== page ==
You are absolutely correct. Thanks for bringing our attention to this typographical error. There should NOT be any comma before "and to publish". As such choice A in the answer choices does not show a comma but definitely the original sentence was originally written with a comma. This error will be rectified.

Thanks,

In the question
In the past several years, astronomers have detected more than 80 massive planets, most of them as large or larger than Jupiter, which circle other stars.
A. most of them as large or larger than Jupiter, which circle
B. most of them as large or larger than Jupiter and circling
C. most of them at least as large as Jupiter, circling
D. mostly at least as large as Jupiter, which circle
E. mostly as large or larger than Jupiter, circling

But my confusion arise on seeing COMMA with verb -ing word.
So ""Circling" should modify the Clause preceding the COMMA.
Then even it does not make sense with the subject of the preceding clause
Astronomer detected more than 80 massive planets and he is circling other stars. Seems very awkward .

Iam referring Verb-ing modifiers part 1
"Now, per the intended meaning of the sentence, Joe became the CFO of the company. This event led to increase in his salary. Now, the subject of the sentence is “Joe”. However, he is not the doer of the verb “became”. He did not make himself the CFO of the company. Now look at the verb-ing modifier “increasing”. Since verb-ing modifier denotes an action and hence associates with a verb, “increasing” associates with “Joe”. The sentence thus means that Joe became the CFO of the company and as a result he increased his salary. We know that this is not even a possibility. What resulted in Joe’s increased salary is the event of his becoming the CFO.
Hence, even if this sentence appears to be written in appropriate construction, it is incorrect since here the verb-ing modifier does not make sense with the subject of the preceding clause."

Rrsnathan.

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Re: VERB-ING MODIFIERS PART 2 In our first article on verb-ing [#permalink]

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24 Mar 2014, 10:28
egmat wrote:

B. most of them as large or larger than Jupiter and circling: Incorrect.
i. This choice repeats the idiom and parallelism errors of choice A.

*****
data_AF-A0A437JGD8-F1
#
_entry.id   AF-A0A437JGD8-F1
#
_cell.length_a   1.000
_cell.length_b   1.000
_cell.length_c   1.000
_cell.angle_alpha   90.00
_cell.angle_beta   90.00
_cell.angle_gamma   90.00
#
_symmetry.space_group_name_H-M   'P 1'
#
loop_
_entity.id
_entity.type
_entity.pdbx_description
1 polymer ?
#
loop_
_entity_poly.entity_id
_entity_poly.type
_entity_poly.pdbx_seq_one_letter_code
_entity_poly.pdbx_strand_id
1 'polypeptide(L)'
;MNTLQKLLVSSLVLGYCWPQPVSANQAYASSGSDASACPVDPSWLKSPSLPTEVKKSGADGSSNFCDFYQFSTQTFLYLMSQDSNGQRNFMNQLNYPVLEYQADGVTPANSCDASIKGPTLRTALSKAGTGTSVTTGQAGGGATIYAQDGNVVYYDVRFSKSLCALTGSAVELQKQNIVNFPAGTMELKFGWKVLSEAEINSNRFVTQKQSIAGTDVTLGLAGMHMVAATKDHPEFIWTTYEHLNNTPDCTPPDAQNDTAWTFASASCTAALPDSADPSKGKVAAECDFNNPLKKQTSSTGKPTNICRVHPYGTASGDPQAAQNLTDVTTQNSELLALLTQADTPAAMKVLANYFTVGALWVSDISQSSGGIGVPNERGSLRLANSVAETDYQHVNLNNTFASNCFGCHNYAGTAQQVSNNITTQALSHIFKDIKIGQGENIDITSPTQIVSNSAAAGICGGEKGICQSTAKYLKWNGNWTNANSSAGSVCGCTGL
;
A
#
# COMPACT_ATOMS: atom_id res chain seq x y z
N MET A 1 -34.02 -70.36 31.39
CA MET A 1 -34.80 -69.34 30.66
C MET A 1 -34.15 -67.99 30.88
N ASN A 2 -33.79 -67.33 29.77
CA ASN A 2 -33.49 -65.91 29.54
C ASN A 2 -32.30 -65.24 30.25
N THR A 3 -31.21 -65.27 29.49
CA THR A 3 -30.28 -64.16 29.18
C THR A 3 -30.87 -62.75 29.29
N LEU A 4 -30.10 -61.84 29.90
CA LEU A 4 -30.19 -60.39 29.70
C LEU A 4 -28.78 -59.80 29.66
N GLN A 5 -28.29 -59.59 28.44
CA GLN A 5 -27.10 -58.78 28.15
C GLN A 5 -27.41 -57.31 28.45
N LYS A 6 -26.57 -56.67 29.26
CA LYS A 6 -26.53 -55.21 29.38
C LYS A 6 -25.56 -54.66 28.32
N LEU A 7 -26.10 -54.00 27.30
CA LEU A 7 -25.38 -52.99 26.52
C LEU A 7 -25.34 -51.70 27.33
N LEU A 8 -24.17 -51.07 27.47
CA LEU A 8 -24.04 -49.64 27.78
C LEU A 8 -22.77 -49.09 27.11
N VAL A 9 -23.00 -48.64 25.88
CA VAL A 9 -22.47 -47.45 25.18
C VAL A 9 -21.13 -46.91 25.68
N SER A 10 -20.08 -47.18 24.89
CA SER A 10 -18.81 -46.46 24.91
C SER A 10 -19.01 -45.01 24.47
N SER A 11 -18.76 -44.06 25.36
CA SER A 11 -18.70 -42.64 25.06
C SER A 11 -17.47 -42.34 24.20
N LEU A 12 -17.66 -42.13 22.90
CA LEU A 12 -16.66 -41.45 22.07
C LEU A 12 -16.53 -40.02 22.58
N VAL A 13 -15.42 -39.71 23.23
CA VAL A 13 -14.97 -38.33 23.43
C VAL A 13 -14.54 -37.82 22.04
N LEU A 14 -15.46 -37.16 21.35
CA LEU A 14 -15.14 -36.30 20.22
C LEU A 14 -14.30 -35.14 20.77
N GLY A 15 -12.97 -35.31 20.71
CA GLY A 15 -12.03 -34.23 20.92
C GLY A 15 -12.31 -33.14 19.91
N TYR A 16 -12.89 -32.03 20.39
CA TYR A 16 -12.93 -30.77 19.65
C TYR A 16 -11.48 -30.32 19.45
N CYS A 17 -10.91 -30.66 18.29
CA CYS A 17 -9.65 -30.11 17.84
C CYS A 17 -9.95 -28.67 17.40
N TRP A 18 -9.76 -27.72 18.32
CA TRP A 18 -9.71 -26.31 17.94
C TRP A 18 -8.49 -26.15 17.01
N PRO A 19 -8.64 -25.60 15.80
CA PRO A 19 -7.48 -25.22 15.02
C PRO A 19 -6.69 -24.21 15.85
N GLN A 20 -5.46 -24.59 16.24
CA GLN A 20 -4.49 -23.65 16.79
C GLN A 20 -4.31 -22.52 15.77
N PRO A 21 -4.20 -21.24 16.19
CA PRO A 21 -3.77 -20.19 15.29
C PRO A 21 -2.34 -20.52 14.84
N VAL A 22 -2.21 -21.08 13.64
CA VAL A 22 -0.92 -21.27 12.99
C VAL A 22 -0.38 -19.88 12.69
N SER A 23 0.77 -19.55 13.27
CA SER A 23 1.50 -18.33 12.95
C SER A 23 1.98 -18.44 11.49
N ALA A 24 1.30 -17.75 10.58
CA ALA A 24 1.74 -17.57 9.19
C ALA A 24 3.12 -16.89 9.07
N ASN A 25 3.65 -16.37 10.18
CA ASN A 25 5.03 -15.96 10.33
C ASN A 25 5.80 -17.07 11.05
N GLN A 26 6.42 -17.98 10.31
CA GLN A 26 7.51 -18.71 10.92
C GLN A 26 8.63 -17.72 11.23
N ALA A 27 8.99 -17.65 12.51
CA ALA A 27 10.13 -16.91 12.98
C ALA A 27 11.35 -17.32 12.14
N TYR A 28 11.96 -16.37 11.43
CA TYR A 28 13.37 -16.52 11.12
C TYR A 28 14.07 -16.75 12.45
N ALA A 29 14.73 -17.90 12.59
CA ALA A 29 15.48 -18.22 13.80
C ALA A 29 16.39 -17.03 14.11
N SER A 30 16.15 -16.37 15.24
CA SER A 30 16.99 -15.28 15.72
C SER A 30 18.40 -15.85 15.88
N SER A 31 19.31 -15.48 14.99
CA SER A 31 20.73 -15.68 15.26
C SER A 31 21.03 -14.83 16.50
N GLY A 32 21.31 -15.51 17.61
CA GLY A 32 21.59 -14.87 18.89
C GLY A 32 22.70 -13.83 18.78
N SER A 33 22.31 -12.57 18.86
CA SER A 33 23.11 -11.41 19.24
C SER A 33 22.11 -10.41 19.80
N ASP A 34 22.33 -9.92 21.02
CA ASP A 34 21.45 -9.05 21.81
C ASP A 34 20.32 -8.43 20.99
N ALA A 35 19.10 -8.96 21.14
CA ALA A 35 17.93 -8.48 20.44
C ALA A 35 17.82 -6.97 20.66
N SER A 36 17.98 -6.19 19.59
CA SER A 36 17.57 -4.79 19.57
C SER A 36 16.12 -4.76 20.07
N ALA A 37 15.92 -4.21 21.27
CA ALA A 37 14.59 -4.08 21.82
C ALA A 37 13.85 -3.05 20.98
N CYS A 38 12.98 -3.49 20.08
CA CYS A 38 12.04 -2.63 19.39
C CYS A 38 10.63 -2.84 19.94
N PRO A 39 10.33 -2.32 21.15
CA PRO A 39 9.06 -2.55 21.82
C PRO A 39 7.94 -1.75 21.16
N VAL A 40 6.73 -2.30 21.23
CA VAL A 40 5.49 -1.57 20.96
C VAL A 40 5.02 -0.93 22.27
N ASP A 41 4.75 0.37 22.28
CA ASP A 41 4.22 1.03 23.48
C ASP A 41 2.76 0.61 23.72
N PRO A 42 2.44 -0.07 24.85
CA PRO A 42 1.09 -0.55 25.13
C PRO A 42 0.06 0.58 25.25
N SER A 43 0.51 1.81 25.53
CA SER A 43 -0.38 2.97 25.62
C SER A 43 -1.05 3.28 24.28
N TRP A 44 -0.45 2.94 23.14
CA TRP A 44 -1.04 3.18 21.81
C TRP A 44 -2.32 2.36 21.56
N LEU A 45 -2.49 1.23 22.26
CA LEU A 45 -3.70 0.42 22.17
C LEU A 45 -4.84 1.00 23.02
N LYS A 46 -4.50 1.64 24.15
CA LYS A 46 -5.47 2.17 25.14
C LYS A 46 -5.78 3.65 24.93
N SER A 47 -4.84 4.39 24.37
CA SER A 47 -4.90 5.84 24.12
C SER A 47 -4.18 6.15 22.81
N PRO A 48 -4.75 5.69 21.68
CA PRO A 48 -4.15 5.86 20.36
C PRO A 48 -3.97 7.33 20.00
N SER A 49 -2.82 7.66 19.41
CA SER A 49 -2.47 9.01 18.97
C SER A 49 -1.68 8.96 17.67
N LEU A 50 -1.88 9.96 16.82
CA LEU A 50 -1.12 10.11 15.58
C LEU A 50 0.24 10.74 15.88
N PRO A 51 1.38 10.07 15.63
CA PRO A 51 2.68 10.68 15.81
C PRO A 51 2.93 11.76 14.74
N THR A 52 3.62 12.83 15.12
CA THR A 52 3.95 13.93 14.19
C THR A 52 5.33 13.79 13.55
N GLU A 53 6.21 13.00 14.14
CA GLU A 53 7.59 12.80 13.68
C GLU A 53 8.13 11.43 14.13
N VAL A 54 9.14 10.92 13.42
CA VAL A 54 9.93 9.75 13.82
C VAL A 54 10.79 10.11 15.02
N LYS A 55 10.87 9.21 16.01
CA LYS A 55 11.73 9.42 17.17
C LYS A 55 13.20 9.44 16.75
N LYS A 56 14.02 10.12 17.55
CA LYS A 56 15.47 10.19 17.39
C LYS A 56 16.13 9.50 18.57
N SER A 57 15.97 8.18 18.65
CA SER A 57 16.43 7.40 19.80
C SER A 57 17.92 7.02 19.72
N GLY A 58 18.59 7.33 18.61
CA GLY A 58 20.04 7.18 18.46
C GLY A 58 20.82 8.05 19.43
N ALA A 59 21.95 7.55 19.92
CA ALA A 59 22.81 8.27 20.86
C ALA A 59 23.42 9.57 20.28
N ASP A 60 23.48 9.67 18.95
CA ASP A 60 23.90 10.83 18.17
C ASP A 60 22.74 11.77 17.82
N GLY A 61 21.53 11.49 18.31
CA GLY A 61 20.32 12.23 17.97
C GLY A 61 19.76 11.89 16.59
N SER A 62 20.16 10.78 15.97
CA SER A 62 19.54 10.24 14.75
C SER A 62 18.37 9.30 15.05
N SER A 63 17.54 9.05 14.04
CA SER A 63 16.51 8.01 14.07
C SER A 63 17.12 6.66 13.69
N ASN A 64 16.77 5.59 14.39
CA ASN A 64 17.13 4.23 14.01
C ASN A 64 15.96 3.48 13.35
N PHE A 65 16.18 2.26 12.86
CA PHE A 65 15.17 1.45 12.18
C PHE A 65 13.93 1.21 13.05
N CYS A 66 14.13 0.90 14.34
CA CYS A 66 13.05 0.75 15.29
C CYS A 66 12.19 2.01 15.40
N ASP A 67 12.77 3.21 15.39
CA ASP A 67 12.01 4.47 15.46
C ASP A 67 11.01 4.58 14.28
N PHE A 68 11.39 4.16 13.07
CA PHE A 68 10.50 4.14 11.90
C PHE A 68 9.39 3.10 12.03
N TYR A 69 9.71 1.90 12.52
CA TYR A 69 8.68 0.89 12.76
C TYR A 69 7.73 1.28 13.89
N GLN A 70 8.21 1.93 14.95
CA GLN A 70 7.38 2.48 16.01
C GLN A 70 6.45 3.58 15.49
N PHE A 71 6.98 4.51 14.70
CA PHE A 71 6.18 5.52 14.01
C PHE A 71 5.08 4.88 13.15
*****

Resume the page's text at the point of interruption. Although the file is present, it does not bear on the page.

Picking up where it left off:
ii. A modifier is not separated from the entity it modifies by using “and”.

Hi egmat,

thank you very much for a wonderful explanation.
I have a question on part of the explanation quoted above:
I did not quite get your second point: Do you mean the following would be incorrect?
Scientists found a new star orbiting sun and glowing bright. --> "orbiting sun" modifies the noun (it touches) "start" and so does "glowing bright". Is such a construction right? Could we have two (without comma) verb+ing modifiers separated by "and" and modifying the same noun?

That raises another question in my mind: Could we have two (with comman) verb+ing modifiers modifying the same clause?
e.g. I went shopping, walking on my foot and listening to my favorite music. --> went shopping as I walked and as I listened to music?

Thank you very much in advance.

Last edited by divineacclivity on 08 Jun 2014, 03:33, edited 1 time in total.

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Re: VERB-ING MODIFIERS PART 2 In our first article on verb-ing [#permalink]

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29 May 2014, 18:31
egmat wrote:

In the past several years, astronomers have detected more than 80 massive planets, most of them as large or larger than Jupiter, which circle other stars.
A. most of them as large or larger than Jupiter, which circle
B. most of them as large or larger than Jupiter and circling
C. most of them at least as large as Jupiter, circling
D. mostly at least as large as Jupiter, which circle
E. mostly as large or larger than Jupiter, circling

Notice the modifier – “which circle…”. This relative pronoun modifier modifies the noun “80 massive planets”. Some of you may wonder that “which circle…” modifies the closest noun “Jupiter”. This is not correct. And this is where logical meaning and understanding the sentence structure comes to our aid.

Notice that “most of them as large or larger than Jupiter” is a modifier that provides additional information about the 80 massive planets. This modifier is encapsulated in a comma pair. So even if we remove this modifier from the sentence, the meaning will not be altered. So for the sake of our discussion, let’s remove this modifier:
• In the past several years, astronomers have detected more than 80 massive planets, most of them as large or larger than Jupiter,which circle other stars.

Now as you can see, “which circle…” modifies the noun phrase “80 massive planets”. Now this modifier is not written in correct construction since which is typically preceded by a comma. Remember that the comma that precedes “which” does not separate “which” but is part of the comma pair that separates the modifier "most of them…" from the rest of the sentence.
We will now find the correct choice from the remaining 4 choices.

Hi egmat,

In the explanation above, are you implying that ",which" can skip the middle fluff and modify a noun/subject in a completely different clause? Meaning, it doesn't have to modify the noun directly preceding it but it can actually skip the whole thing?

I'm not sure if you're saying that the above is incorrect because it HAS to skip it or if you're implying that it CAN skip it and still be correct.

Thanks!